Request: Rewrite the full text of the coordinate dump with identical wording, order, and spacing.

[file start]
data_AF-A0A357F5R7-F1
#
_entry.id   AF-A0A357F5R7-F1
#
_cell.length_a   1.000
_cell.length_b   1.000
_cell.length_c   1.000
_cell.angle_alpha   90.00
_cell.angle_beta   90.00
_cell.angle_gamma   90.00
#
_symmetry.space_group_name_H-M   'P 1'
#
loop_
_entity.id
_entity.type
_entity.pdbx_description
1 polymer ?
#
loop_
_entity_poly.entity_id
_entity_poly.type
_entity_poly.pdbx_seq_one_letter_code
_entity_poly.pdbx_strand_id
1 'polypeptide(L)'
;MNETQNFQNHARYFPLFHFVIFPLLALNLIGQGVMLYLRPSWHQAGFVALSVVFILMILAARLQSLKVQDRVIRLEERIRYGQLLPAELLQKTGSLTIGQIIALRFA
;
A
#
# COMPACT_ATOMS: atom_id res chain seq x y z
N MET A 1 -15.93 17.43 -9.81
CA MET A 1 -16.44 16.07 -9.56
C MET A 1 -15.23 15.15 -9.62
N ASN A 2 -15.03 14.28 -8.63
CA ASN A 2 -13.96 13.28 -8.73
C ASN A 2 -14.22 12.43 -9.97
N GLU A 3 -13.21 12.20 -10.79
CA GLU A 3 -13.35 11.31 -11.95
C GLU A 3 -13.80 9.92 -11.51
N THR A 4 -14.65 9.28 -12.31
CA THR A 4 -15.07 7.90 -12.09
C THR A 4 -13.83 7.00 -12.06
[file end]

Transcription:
data_AF-A0A357F5R7-F1
#
_entry.id   AF-A0A357F5R7-F1
#
_cell.length_a   1.000
_cell.length_b   1.000
_cell.length_c   1.000
_cell.angle_alpha   90.00
_cell.angle_beta   90.00
_cell.angle_gamma   90.00
#
_symmetry.space_group_name_H-M   'P 1'
#
loop_
_entity.id
_entity.type
_entity.pdbx_description
1 polymer ?
#
loop_
_entity_poly.entity_id
_entity_poly.type
_entity_poly.pdbx_seq_one_letter_code
_entity_poly.pdbx_strand_id
1 'polypeptide(L)'
;MNETQNFQNHARYFPLFHFVIFPLLALNLIGQGVMLYLRPSWHQAGFVALSVVFILMILAARLQSLKVQDRVIRLEERIRYGQLLPAELLQKTGSLTIGQIIALRFA
;
A
#
# COMPACT_ATOMS: atom_id res chain seq x y z
N MET A 1 -15.93 17.43 -9.81
CA MET A 1 -16.44 16.07 -9.56
C MET A 1 -15.23 15.15 -9.62
N ASN A 2 -15.03 14.28 -8.63
CA ASN A 2 -13.96 13.28 -8.73
C ASN A 2 -14.22 12.43 -9.97
N GLU A 3 -13.21 12.20 -10.79
CA GLU A 3 -13.35 11.31 -11.95
C GLU A 3 -13.80 9.92 -11.51
N THR A 4 -14.65 9.28 -12.31
CA THR A 4 -15.07 7.90 -12.09
C THR A 4 -13.83 7.00 -12.06